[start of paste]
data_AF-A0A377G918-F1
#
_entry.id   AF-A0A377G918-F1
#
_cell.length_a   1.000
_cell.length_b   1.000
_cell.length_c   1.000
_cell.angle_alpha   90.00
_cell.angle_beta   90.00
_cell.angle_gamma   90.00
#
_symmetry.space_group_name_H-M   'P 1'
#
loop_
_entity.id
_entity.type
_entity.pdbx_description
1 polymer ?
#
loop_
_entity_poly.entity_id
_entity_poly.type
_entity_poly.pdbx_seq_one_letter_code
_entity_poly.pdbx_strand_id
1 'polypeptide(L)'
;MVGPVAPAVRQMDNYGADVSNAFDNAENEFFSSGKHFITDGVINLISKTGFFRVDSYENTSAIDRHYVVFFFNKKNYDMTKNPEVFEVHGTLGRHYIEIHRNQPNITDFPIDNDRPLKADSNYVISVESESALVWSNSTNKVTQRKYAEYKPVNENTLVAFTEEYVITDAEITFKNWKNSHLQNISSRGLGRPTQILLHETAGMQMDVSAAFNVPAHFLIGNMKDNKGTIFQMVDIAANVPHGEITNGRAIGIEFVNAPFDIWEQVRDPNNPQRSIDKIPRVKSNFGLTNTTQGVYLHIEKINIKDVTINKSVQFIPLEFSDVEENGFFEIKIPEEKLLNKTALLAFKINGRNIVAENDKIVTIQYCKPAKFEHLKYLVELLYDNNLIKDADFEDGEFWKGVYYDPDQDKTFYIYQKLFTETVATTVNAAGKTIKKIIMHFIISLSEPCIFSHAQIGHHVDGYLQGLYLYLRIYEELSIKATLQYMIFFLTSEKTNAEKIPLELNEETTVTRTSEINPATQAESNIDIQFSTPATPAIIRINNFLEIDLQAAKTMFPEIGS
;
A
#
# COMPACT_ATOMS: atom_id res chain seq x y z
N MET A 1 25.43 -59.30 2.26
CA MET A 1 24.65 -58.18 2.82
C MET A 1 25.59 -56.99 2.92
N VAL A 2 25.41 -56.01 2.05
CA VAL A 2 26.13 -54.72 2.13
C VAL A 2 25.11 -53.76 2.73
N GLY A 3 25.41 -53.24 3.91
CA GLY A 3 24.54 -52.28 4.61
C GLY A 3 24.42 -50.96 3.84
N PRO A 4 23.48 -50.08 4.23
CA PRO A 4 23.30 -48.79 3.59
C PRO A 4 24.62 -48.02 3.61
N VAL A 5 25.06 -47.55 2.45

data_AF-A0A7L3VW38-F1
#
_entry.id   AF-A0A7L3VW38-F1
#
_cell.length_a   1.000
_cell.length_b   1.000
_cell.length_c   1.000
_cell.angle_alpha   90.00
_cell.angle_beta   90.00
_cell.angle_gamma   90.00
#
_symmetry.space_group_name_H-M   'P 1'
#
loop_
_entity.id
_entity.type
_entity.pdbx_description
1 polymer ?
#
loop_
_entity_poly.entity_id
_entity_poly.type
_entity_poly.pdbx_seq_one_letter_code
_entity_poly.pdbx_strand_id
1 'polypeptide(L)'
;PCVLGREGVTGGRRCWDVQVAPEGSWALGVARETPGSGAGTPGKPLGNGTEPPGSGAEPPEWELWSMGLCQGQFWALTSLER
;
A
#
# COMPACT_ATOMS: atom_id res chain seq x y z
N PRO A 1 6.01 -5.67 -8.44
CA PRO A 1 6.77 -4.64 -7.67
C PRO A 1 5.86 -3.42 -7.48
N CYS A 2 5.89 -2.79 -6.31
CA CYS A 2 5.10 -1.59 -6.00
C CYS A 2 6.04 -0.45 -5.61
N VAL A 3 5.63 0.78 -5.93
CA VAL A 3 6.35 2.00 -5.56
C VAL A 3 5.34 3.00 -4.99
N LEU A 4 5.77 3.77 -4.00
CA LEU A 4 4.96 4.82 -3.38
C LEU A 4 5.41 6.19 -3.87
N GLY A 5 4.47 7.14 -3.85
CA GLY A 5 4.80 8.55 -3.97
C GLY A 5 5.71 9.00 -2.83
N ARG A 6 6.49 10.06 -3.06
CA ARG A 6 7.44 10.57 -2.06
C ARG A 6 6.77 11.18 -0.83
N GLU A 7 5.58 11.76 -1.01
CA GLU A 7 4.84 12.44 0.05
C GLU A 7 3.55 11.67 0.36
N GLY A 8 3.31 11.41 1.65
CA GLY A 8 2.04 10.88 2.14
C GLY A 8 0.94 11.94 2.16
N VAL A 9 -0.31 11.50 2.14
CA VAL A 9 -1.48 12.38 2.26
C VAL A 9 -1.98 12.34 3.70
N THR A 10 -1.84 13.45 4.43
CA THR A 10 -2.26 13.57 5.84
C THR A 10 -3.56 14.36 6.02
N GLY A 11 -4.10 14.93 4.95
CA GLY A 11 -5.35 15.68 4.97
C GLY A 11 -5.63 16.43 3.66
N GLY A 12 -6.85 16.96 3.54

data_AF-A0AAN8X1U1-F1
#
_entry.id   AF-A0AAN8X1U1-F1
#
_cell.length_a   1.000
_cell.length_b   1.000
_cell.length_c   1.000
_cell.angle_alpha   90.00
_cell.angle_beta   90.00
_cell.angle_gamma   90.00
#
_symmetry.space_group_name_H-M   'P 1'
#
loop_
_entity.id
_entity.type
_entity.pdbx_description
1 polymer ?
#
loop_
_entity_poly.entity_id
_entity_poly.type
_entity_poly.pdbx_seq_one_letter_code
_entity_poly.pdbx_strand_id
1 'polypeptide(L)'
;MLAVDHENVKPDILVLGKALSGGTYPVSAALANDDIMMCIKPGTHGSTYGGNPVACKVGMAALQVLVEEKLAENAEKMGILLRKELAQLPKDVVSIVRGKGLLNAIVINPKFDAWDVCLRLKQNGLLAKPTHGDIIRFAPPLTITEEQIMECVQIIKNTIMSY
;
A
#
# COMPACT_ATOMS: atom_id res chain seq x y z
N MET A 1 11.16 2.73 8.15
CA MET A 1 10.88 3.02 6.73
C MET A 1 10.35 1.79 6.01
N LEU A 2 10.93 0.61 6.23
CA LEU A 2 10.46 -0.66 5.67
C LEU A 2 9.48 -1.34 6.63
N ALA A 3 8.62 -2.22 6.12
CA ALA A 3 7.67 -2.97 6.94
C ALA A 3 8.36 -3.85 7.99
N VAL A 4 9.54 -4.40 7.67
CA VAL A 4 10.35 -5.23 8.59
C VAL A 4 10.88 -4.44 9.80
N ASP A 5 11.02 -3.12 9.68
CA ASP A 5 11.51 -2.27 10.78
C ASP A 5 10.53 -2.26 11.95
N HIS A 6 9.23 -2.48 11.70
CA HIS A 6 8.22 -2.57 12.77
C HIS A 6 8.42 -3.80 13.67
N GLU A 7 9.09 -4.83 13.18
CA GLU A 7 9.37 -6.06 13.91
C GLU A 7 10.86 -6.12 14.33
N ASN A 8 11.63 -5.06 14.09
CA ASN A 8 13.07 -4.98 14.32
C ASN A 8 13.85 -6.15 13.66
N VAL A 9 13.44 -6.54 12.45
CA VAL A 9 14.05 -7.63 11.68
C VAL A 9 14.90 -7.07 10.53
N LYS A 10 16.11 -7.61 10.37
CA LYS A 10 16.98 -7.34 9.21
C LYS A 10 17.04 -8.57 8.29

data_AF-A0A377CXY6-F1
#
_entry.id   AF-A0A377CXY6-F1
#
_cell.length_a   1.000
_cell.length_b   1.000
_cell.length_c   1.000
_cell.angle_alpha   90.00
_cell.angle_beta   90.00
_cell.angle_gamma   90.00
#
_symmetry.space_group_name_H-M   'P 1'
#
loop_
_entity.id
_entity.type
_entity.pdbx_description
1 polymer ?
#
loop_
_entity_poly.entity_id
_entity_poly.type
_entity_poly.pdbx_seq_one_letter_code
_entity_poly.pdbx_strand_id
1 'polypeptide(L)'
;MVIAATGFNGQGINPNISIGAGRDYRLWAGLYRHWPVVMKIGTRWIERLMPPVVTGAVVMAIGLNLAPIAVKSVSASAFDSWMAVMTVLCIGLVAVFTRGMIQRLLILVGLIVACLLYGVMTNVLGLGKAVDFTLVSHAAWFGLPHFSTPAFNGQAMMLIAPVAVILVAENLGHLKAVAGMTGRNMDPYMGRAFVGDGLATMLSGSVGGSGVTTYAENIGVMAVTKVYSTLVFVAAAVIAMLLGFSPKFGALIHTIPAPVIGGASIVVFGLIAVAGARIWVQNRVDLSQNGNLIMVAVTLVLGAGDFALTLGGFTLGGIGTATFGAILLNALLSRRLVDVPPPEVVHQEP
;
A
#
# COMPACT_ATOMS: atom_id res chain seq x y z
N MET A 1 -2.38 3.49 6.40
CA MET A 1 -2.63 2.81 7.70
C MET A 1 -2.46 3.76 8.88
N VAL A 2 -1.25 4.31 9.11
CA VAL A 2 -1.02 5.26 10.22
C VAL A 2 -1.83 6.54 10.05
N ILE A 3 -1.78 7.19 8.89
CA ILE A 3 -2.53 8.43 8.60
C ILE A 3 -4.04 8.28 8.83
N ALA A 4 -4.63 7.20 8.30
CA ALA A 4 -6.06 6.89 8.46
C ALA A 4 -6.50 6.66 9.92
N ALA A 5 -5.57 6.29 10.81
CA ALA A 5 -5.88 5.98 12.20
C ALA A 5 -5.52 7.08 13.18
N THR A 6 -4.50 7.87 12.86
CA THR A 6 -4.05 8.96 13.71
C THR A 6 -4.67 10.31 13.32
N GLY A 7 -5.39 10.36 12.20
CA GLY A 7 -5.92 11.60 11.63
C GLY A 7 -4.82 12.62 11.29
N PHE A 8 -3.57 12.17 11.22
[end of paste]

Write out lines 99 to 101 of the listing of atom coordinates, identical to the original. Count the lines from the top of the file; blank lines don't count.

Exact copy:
CA VAL A 9 -1.48 12.38 2.26
C VAL A 9 -1.98 12.34 3.70
N THR A 10 -1.84 13.45 4.43